A nonprofit publication of the Kentucky Center for Public Service Journalism

Kentucky environmental groups turn focus to inclusion, diversity in state’s outdoor spaces

By Nadia Ramlagan
Public News Service

Environmental advocates and outdoor enthusiasts across the state are focusing on inclusion and diversity in hiking, camping and other outdoor activities.

Despite wanting to experience nature, many people of color may not have the opportunity to explore Kentucky’s numerous trails, lakes and state parks.

(Photo courtesy of The Explore Kentucky Initiatve)

Gerry Seavo James, founder of the Explore Kentucky Initiative, said until the mid-1960s, Black Kentuckians were banned from entering most state parks.

“Trails, all kinds of stuff, that was segregated,” James explained. “And so, you have whole generations that didn’t have the opportunity of that family legacy of going to these parks and trails.”

He said communities of color and low-income communities are more likely to suffer from health disparities and are the least likely to have access to open spaces where they can improve their health and wellness.

Recent U.S. census-based data shows between 88 and 95% of all visitors to public lands are white.

Joey Shadowen, chair of the Sierra Club’s Kentucky Chapter, said the organization’s annual gathering on Nov. 14 aims to examine how racial inequality impacts access to outdoor spaces and action on environmental issues.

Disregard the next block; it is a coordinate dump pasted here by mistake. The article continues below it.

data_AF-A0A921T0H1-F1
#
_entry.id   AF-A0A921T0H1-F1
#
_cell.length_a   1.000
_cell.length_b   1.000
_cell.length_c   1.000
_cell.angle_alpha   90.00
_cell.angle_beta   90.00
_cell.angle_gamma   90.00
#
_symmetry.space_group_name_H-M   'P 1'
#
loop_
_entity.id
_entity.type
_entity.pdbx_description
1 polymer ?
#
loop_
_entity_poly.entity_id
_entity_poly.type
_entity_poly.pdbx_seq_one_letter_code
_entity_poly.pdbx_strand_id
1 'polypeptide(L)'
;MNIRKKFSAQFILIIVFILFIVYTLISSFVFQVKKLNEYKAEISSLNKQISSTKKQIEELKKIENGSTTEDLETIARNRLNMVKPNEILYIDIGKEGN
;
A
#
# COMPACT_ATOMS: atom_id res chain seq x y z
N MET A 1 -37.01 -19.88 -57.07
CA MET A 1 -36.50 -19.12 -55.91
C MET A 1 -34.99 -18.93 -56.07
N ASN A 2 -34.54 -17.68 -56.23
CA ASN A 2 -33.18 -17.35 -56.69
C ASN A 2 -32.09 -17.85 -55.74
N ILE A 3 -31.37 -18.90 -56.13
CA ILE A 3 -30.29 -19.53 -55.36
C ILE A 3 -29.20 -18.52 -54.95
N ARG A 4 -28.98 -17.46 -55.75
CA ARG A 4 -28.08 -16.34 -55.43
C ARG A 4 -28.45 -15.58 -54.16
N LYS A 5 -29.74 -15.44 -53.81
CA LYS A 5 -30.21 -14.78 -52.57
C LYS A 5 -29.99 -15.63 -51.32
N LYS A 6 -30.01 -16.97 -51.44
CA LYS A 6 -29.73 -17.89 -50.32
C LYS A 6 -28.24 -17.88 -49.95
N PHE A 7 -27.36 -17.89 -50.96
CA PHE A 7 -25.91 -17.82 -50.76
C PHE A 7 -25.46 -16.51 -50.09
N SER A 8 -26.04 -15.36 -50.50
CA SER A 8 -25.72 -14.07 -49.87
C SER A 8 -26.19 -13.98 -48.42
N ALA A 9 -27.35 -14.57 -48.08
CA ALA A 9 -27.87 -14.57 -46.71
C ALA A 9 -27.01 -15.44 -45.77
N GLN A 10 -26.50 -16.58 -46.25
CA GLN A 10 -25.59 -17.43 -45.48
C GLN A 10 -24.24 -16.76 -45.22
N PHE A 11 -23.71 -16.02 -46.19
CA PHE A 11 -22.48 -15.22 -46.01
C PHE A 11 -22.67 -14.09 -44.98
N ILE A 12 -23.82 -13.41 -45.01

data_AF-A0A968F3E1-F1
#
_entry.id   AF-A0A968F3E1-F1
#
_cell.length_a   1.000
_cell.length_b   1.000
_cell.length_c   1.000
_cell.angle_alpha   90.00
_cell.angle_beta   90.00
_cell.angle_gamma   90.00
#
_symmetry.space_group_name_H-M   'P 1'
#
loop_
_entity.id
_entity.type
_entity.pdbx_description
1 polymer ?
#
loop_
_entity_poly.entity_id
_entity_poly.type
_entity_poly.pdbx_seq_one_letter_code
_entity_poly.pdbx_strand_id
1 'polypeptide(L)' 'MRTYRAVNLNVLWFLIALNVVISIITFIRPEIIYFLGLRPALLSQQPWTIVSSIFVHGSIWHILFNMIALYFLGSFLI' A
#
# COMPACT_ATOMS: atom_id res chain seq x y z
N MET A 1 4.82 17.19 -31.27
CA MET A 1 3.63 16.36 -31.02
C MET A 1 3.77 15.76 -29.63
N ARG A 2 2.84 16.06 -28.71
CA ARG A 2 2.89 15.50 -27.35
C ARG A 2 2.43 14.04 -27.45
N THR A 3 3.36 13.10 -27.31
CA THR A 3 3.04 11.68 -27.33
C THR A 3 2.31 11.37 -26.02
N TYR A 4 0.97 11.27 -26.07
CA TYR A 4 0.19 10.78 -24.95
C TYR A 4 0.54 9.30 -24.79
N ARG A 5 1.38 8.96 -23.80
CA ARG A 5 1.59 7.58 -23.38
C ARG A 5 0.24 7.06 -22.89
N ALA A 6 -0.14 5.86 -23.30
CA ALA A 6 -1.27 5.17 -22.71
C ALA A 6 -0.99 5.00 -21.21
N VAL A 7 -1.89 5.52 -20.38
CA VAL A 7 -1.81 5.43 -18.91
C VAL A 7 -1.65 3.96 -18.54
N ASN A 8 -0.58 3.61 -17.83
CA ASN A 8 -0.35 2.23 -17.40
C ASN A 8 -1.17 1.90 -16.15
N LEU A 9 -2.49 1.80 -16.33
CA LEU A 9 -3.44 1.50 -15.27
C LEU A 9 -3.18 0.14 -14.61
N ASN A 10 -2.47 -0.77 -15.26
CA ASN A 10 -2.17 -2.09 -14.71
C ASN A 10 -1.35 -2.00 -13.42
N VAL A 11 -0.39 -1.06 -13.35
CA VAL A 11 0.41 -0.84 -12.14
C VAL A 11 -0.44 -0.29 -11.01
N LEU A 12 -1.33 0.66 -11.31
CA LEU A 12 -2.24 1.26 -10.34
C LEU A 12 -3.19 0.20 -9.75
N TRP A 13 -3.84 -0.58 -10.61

Speakers include writer Carolyn Finney and State Representative Charles Booker. The event is free and open to the public.

“And this year, of course, it’s different with the pandemic that’s happening, Shadowen added. “And we’re having to do it virtually this year. Normally, we would be meeting at a state park. We’ve got six groups scattered out across the state.”

James said he hopes as voters head to the polls in the coming weeks, they consider the importance of ensuring future generations can breathe clean air and drink clean water.

“It’s important for people to expand what they vote for, the issues they vote for,” James contended. “Environmental justice and climate change are some of the issues that people need to put on their palette and think about.”

He said the climate-voter movement is gaining momentum. One 2019 poll by the Environmental Voter Project found 14% of voters listed climate or the environment as their top priority. That’s up from 2% in 2016.

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